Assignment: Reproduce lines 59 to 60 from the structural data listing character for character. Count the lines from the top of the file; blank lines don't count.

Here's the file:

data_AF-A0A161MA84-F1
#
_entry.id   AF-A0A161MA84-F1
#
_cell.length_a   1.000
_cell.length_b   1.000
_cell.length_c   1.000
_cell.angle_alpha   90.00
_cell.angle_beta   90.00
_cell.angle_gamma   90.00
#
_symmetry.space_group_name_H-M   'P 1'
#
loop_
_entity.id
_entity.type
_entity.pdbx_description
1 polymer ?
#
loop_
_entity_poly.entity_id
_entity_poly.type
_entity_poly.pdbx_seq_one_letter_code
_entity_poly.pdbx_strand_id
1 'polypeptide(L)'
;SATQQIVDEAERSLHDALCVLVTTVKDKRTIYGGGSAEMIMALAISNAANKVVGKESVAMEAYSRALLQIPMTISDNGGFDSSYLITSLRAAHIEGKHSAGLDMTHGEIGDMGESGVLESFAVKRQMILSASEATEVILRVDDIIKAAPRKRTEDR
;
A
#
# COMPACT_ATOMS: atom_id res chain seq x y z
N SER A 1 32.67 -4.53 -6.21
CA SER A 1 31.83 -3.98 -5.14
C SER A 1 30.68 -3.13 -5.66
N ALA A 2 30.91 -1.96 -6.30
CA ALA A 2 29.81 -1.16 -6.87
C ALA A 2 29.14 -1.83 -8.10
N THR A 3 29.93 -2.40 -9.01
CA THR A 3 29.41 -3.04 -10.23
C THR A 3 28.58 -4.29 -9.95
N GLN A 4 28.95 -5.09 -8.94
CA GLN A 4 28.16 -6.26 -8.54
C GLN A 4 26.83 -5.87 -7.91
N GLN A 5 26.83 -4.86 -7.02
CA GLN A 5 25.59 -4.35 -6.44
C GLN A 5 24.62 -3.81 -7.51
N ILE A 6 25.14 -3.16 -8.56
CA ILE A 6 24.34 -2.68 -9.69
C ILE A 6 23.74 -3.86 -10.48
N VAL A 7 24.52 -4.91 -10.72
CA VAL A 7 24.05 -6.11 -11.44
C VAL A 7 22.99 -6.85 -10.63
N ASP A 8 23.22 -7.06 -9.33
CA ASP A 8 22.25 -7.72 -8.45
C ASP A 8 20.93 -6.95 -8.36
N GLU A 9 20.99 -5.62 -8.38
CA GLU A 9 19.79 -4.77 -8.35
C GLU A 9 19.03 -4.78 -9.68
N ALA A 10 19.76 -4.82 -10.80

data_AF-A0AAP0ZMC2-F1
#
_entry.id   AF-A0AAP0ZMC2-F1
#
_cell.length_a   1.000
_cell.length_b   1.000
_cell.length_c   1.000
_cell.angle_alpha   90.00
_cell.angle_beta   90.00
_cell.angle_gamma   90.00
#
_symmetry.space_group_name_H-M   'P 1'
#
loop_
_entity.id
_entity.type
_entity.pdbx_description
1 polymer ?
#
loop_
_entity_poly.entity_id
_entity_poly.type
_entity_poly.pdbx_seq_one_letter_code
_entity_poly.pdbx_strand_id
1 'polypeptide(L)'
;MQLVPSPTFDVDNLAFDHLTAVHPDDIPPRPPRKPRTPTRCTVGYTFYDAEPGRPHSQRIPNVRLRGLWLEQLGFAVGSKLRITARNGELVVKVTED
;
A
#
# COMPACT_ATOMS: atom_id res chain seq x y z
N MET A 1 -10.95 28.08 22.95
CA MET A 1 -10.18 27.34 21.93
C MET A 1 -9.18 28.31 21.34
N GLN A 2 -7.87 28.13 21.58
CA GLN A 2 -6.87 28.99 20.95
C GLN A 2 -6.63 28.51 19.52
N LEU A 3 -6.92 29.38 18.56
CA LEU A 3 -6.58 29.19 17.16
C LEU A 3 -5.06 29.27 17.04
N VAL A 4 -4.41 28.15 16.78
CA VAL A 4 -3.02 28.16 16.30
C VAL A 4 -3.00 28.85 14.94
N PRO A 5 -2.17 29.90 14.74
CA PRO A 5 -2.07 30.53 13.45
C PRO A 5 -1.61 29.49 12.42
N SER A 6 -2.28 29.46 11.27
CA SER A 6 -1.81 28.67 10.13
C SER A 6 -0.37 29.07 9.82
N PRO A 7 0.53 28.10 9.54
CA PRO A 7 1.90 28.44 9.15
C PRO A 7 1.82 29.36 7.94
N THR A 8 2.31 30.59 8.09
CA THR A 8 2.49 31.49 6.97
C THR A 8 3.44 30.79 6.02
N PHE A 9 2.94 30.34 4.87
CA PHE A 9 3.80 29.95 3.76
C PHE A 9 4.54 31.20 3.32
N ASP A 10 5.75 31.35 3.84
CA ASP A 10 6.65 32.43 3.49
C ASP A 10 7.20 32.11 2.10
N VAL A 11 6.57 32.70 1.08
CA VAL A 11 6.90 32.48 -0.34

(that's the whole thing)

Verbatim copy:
data_AF-A0AAP0ZMC2-F1
#